‘Fed Up’: Scary truths about yogurt, other processed foods
A three-star review of “Fed Up,” a documentary about processed food that will alarm anyone who eats (that is, all of us).
Seattle Times movie critic
‘Fed Up,’ a documentary directed by Stephanie Soechtig. 99 minutes. Rated PG for thematic elements including smoking images, and brief mild language. Varsity.
Before “Fed Up,” no movie had ever sent me hurrying to my refrigerator to read food labels — but there’s always a first time. Stephanie Soechtig’s documentary, about the role of processed food in the obesity epidemic, is designed to alarm anyone who eats, and does so. Among its many informational tidbits: Food nutrition labels contain recommended daily percentages for fat, cholesterol, sodium and carbohydrates — but not for sugar. “Fed Up” tells us that the sugar lobby successfully kept this off the label, so it would be harder for us to know if we, say, consumed a day’s worth of sugar in one serving of yogurt. (Which, apparently, I was doing. No more.)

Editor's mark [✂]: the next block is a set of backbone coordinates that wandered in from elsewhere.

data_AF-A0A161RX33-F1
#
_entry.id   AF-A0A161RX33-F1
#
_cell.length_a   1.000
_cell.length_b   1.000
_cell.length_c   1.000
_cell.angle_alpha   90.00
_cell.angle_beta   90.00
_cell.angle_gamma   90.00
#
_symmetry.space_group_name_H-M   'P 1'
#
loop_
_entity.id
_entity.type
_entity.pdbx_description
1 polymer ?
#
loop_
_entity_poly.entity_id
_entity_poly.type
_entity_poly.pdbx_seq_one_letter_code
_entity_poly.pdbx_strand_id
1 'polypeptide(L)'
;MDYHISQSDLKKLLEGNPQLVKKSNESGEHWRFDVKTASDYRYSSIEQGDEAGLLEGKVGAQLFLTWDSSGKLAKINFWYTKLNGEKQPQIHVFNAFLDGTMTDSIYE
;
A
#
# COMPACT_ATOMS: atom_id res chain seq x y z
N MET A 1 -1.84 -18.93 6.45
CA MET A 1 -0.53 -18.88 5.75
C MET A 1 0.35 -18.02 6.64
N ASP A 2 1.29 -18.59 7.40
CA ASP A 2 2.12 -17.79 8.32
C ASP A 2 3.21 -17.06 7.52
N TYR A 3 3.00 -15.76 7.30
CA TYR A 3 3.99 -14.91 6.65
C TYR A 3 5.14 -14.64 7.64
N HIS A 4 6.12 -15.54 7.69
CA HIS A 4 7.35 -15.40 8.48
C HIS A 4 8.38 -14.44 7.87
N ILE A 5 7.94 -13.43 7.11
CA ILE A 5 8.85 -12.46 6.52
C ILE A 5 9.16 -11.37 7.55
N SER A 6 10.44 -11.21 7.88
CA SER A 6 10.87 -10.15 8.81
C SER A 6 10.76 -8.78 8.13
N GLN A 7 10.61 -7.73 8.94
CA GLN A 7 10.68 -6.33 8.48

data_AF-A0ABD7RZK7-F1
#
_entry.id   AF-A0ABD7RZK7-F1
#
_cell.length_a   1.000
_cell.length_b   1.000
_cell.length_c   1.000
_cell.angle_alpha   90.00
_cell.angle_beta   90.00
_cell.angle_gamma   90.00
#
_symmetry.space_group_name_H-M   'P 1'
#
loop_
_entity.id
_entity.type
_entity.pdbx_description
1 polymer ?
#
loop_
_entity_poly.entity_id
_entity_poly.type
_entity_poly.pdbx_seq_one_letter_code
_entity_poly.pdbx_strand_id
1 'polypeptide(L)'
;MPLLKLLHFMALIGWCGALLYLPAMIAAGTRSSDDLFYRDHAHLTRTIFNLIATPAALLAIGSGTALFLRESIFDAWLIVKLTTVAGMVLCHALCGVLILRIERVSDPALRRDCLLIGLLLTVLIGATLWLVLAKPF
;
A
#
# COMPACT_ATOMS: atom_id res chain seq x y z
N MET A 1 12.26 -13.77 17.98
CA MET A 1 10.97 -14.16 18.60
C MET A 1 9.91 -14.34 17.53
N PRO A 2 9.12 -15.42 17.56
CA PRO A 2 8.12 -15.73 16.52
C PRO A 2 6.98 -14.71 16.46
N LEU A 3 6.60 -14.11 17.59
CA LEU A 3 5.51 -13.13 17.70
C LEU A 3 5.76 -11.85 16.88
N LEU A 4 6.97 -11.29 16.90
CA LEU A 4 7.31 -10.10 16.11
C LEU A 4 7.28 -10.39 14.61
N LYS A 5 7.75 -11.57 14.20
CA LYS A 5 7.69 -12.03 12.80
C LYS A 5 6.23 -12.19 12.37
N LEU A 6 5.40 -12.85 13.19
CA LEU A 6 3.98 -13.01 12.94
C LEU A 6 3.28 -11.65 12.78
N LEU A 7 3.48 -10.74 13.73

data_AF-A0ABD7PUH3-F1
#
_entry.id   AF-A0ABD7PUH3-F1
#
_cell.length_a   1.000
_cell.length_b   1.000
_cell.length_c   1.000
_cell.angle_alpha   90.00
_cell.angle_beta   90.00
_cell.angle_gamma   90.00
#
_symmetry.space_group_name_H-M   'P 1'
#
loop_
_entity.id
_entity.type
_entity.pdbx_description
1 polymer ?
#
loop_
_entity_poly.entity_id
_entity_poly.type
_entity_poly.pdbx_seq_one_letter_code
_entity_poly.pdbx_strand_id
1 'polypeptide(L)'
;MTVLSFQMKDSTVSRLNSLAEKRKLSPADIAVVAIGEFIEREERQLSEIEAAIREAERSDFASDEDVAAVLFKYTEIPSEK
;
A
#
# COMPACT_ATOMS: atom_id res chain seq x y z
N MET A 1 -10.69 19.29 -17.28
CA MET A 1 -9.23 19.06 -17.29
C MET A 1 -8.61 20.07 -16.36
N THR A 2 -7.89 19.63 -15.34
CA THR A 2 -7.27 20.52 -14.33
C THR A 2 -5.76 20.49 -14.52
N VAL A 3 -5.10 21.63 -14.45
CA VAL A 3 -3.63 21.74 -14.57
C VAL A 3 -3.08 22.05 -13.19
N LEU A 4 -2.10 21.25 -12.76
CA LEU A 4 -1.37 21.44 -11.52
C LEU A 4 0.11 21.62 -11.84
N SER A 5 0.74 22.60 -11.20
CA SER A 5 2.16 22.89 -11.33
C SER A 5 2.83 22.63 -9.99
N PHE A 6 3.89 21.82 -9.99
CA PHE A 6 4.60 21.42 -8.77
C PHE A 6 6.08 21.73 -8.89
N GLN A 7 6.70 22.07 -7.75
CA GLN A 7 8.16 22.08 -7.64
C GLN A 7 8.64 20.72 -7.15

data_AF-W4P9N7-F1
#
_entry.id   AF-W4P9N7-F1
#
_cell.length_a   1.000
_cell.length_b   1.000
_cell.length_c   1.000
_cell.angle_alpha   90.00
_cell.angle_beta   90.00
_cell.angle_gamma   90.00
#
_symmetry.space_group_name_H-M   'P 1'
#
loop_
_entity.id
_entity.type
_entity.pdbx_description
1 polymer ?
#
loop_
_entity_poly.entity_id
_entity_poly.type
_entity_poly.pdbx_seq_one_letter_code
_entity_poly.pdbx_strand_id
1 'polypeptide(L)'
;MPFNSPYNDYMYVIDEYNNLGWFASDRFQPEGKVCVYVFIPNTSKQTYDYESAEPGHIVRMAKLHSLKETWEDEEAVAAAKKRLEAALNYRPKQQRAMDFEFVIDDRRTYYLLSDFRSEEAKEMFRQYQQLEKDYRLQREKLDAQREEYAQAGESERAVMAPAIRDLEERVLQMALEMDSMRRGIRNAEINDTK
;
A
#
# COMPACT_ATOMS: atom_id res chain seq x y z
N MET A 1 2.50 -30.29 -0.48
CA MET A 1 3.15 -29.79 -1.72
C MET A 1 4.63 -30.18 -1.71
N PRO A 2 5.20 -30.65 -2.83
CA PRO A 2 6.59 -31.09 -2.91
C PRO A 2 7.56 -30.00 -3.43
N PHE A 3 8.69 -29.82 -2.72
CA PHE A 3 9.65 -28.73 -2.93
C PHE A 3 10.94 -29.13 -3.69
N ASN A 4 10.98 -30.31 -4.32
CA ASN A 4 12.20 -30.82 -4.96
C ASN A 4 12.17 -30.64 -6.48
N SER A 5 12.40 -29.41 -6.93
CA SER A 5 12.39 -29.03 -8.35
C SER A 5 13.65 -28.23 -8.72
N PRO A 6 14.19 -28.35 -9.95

Narrated (and executive produced) by Katie Couric, “Fed Up” gives us plenty of facts and numbers about the dangers of excess sugar, the “low-fat” craze that caused food manufacturers to quietly double up on sweetener, the stunning rise in recent years of obesity-related illness. But it also shows us the face of the epidemic: four overweight teens, all of whom are trying to keep active and eat healthily, but who struggle to make the right choices in school cafeterias (which overwhelmingly serve fast food) and supermarkets (where 80 percent of food products have added sugar), and whose well-meaning parents are often little help.
“Childhood obesity isn’t as simple as the press or television or even Mrs. Obama would have us believe,” says a weeping 14-year-old girl. (The film is critical of Michelle Obama’s Let’s Move campaign, saying that focusing primarily on exercise leaves out a huge portion of the problem.)
Ultimately, what “Fed Up” urges us to do is common sense: read nutrition labels, avoid sugar-loaded processed food whenever possible, cook your own food at home as often as possible (so you know what’s in it) and help your kids to do all of these things. Though alarming in its tone, it’s ultimately hopeful. We’re reminded that the U.S. changed its attitude toward tobacco in just a few decades; perhaps the same can be done for sugary, processed food — one refrigerator at a time.
Moira Macdonald: 206-464-2725 or firstname.lastname@example.org